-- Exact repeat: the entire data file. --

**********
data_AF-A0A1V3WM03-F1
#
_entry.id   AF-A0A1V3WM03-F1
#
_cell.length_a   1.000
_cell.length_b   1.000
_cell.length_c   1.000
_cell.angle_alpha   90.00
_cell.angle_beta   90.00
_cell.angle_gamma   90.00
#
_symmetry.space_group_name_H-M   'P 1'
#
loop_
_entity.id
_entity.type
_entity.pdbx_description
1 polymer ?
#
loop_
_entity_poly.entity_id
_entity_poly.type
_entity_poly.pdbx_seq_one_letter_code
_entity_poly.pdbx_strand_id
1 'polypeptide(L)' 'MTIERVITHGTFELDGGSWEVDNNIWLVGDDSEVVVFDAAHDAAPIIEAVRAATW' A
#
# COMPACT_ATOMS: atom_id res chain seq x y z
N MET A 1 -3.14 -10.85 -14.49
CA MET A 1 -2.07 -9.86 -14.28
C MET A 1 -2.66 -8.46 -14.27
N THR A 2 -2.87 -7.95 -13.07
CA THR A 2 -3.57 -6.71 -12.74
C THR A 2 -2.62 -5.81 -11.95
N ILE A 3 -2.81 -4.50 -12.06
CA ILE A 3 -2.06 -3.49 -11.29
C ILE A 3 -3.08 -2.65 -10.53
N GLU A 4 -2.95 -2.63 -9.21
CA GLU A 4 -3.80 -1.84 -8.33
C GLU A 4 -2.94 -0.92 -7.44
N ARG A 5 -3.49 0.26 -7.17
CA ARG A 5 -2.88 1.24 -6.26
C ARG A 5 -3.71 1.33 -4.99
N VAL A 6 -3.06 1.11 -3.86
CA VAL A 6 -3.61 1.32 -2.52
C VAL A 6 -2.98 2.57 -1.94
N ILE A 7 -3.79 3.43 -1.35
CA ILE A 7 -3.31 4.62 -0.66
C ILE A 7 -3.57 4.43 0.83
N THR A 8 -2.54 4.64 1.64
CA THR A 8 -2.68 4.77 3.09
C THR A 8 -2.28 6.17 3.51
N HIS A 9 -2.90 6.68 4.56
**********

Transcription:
data_AF-A0A1V3WM03-F1
#
_entry.id   AF-A0A1V3WM03-F1
#
_cell.length_a   1.000
_cell.length_b   1.000
_cell.length_c   1.000
_cell.angle_alpha   90.00
_cell.angle_beta   90.00
_cell.angle_gamma   90.00
#
_symmetry.space_group_name_H-M   'P 1'
#
loop_
_entity.id
_entity.type
_entity.pdbx_description
1 polymer ?
#
loop_
_entity_poly.entity_id
_entity_poly.type
_entity_poly.pdbx_seq_one_letter_code
_entity_poly.pdbx_strand_id
1 'polypeptide(L)' 'MTIERVITHGTFELDGGSWEVDNNIWLVGDDSEVVVFDAAHDAAPIIEAVRAATW' A
#
# COMPACT_ATOMS: atom_id res chain seq x y z
N MET A 1 -3.14 -10.85 -14.49
CA MET A 1 -2.07 -9.86 -14.28
C MET A 1 -2.66 -8.46 -14.27
N THR A 2 -2.87 -7.95 -13.07
CA THR A 2 -3.57 -6.71 -12.74
C THR A 2 -2.62 -5.81 -11.95
N ILE A 3 -2.81 -4.50 -12.06
CA ILE A 3 -2.06 -3.49 -11.29
C ILE A 3 -3.08 -2.65 -10.53
N GLU A 4 -2.95 -2.63 -9.21
CA GLU A 4 -3.80 -1.84 -8.33
C GLU A 4 -2.94 -0.92 -7.44
N ARG A 5 -3.49 0.26 -7.17
CA ARG A 5 -2.88 1.24 -6.26
C ARG A 5 -3.71 1.33 -4.99
N VAL A 6 -3.06 1.11 -3.86
CA VAL A 6 -3.61 1.32 -2.52
C VAL A 6 -2.98 2.57 -1.94
N ILE A 7 -3.79 3.43 -1.35
CA ILE A 7 -3.31 4.62 -0.66
C ILE A 7 -3.57 4.43 0.83
N THR A 8 -2.54 4.64 1.64
CA THR A 8 -2.68 4.77 3.09
C THR A 8 -2.28 6.17 3.51
N HIS A 9 -2.90 6.68 4.56